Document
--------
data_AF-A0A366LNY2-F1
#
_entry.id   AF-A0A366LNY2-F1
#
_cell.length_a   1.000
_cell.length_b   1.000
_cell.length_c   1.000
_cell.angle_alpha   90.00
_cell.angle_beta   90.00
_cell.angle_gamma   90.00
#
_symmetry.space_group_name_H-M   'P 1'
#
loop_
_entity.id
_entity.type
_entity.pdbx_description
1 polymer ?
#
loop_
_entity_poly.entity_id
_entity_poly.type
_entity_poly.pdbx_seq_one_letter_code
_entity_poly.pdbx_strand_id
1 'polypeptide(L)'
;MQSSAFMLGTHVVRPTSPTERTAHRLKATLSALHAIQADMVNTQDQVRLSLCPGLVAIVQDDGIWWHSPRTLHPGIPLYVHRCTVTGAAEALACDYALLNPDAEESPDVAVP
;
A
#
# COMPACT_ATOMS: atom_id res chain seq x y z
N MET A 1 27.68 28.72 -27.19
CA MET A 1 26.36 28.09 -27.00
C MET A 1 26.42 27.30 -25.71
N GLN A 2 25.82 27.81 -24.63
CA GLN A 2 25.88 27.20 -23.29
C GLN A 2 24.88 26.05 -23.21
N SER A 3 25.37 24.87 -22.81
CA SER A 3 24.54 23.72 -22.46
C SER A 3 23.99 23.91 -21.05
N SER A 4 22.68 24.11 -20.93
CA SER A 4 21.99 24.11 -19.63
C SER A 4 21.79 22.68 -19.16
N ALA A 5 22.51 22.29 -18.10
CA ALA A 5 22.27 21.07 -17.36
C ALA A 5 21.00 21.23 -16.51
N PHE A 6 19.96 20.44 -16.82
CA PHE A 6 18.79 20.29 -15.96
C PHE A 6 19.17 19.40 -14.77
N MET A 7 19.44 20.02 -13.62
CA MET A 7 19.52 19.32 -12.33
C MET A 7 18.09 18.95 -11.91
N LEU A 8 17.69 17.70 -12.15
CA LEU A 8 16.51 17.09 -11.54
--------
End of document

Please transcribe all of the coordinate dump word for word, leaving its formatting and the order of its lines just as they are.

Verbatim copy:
data_AF-A0A366LNY2-F1
#
_entry.id   AF-A0A366LNY2-F1
#
_cell.length_a   1.000
_cell.length_b   1.000
_cell.length_c   1.000
_cell.angle_alpha   90.00
_cell.angle_beta   90.00
_cell.angle_gamma   90.00
#
_symmetry.space_group_name_H-M   'P 1'
#
loop_
_entity.id
_entity.type
_entity.pdbx_description
1 polymer ?
#
loop_
_entity_poly.entity_id
_entity_poly.type
_entity_poly.pdbx_seq_one_letter_code
_entity_poly.pdbx_strand_id
1 'polypeptide(L)'
;MQSSAFMLGTHVVRPTSPTERTAHRLKATLSALHAIQADMVNTQDQVRLSLCPGLVAIVQDDGIWWHSPRTLHPGIPLYVHRCTVTGAAEALACDYALLNPDAEESPDVAVP
;
A
#
# COMPACT_ATOMS: atom_id res chain seq x y z
N MET A 1 27.68 28.72 -27.19
CA MET A 1 26.36 28.09 -27.00
C MET A 1 26.42 27.30 -25.71
N GLN A 2 25.82 27.81 -24.63
CA GLN A 2 25.88 27.20 -23.29
C GLN A 2 24.88 26.05 -23.21
N SER A 3 25.37 24.87 -22.81
CA SER A 3 24.54 23.72 -22.46
C SER A 3 23.99 23.91 -21.05
N SER A 4 22.68 24.11 -20.93
CA SER A 4 21.99 24.11 -19.63
C SER A 4 21.79 22.68 -19.16
N ALA A 5 22.51 22.29 -18.10
CA ALA A 5 22.27 21.07 -17.36
C ALA A 5 21.00 21.23 -16.51
N PHE A 6 19.96 20.44 -16.82
CA PHE A 6 18.79 20.29 -15.96
C PHE A 6 19.17 19.40 -14.77
N MET A 7 19.44 20.02 -13.62
CA MET A 7 19.52 19.32 -12.33
C MET A 7 18.09 18.95 -11.91
N LEU A 8 17.69 17.70 -12.15
CA LEU A 8 16.51 17.09 -11.54